May/June 2018

by Anzel Singh

Fresh Talent: Harry Parsons

by Anzel Singh

Fresh Talent: Harry Parsons

“When I won it, it all just sort of happened. I didn’t take all the opportunities that I had offered to me because I just wasn’t ready.” Triumphant in 2013’s Rockquest competition, taking first place in the solo/duo category, singer/songwriter Harry Parsons reflects on that high school moment in hindsight. 

“I was only 17. At that stage in my life, all I cared about was hanging out with my friends, drinking. All the stupid stuff that a teenager worries about,” says the UK-born, Cambridge- (Waikato) raised musician. “Even when I released the ‘Lost EP’ [August 2015] I was just doing it for fun, and it really hit me that I had to go hard with it when I was probably about 19, like, ‘Oh crap, I want to do this seriously.’”

Having arrived at the cafe lugging around a guitar and other equipment, now 21-year-old’s easy-going and likeable nature is immediately apparent. Coming from a musical background, with his father playing in orchestras and his sister a folk musician – the genre Parsons has also aligned himself with – many influences have shaped him since getting into guitar at eight and playing in various school bands. He says that heading into a pop music degree straight after school was a natural step.

“It felt like the right thing to do. I didn’t know what else to do. I think I’ve learned more than I would’ve learnt if I had chosen not to go, and would have regretted it. I just learned so much about songwriting and the theory of it all and how important it is to have a business mindset in this realm of being an artist. You’ve got to be business savvy too.”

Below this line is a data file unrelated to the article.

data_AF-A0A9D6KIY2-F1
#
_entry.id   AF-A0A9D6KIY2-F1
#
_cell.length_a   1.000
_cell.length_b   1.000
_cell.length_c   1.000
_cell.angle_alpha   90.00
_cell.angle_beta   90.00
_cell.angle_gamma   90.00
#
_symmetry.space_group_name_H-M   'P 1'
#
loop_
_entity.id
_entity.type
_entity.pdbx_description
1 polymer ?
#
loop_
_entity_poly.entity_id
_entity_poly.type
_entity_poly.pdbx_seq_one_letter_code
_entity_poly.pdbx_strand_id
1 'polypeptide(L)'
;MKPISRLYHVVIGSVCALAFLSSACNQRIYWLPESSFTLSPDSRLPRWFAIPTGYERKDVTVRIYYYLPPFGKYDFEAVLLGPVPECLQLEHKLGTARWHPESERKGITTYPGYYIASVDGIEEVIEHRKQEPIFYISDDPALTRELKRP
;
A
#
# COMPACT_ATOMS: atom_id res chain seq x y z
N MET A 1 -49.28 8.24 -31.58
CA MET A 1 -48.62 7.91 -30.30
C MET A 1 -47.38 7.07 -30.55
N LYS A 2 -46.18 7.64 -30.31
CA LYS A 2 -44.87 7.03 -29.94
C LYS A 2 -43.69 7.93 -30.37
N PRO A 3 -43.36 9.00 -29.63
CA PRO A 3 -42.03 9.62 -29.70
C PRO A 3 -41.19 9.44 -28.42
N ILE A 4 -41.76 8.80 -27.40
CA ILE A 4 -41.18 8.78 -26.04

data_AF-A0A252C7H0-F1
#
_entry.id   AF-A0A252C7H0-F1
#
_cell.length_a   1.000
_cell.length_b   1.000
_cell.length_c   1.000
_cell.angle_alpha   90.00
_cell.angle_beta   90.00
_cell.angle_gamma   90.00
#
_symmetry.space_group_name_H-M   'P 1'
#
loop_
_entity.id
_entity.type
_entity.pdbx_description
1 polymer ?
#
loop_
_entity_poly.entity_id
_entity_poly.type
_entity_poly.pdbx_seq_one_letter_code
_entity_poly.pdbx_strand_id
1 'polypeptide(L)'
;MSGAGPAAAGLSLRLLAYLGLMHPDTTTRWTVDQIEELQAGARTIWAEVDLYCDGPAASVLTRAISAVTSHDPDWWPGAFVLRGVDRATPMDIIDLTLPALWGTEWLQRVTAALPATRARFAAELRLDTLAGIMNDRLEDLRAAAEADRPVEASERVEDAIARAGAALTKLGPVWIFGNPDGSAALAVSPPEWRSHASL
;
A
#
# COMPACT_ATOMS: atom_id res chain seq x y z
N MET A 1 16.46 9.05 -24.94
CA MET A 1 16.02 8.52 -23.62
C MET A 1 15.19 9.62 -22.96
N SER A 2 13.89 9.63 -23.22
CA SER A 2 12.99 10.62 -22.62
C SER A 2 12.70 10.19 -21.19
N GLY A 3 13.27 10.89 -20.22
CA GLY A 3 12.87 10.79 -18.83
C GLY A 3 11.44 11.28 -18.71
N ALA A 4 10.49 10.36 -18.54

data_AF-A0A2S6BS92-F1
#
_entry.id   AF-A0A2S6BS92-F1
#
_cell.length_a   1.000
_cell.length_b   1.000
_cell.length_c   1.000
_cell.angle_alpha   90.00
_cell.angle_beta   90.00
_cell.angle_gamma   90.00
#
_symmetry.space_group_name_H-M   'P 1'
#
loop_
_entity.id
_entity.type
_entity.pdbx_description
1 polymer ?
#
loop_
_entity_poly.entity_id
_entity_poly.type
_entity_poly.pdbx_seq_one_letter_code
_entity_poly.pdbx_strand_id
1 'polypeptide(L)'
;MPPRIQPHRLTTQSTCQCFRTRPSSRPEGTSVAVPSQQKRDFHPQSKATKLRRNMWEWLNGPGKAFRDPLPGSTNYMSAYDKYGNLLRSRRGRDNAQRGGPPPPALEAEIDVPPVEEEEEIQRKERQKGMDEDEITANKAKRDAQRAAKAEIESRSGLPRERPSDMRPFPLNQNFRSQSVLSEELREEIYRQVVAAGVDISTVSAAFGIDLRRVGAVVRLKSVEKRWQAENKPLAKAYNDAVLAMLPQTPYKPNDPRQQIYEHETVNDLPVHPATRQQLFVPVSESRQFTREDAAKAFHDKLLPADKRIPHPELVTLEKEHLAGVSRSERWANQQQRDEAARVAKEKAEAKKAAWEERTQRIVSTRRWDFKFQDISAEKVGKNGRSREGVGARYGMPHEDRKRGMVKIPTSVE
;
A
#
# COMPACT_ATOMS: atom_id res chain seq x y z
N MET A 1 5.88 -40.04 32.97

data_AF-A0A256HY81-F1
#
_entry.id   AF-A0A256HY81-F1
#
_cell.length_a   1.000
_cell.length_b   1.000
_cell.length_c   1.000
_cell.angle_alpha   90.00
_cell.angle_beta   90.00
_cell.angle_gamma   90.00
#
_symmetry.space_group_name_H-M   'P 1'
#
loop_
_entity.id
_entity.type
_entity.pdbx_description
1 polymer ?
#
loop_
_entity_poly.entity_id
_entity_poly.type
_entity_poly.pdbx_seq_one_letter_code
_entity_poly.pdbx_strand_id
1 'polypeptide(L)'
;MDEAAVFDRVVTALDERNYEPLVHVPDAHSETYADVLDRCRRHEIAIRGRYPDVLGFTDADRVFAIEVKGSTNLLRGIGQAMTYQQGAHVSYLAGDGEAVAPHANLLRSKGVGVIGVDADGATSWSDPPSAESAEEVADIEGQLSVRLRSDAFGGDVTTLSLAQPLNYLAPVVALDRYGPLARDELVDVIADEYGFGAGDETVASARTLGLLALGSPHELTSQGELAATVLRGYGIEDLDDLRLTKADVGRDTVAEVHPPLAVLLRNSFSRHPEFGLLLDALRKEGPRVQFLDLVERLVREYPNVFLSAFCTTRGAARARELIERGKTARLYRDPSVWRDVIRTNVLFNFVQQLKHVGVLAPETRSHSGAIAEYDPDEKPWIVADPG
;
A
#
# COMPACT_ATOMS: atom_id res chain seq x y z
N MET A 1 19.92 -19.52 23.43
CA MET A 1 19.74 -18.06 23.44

Having drawn influence from Bob Dylan and Matty Corby for his tellingly smart debut EP, he shifted towards alternative pop/rock singles Exoskeleton and Crown. Real, Parsons’ most current single release introduces a new era again, though he happily admits the song originally sounded a bit country.

“When I first went to record all that stuff with Carlos [producer Carlos Barnett], I had a band. So I wanted to do it with a live band, but he suggested we try doing it a bit more electro-pop and I was really nervous about that!”

Parsons’ vision for the purpose of the track included the importance of straying from your path to properly experience life. Opening up about his own interpretation and the inevitable experiences of growing up he hopes might motivate people to go after their own dreams. Acknowledging those who helped him along the way has always been in the back of his mind.

“I always like to give credit where it’s due, the worst thing to do is forget that. You’ve got to thank the people that stand by you and I get a lot of support from everyone in the NZ music industry. A lot of advice, a lot of, ‘Keep going.’”

A video for Real was shot by James Murray in Christchurch.

“I’ve never done this before, but basically he’s working on that down south and then sending me videos of footage and photos. ‘What do you think of this outfit?’ And then I give him feedback. It’s all being done like that.

“I do think Real is the best thing I’ve done yet, I’m very proud of it. Onwards and upwards from there, I think. I’ve got so many demos ready to go.”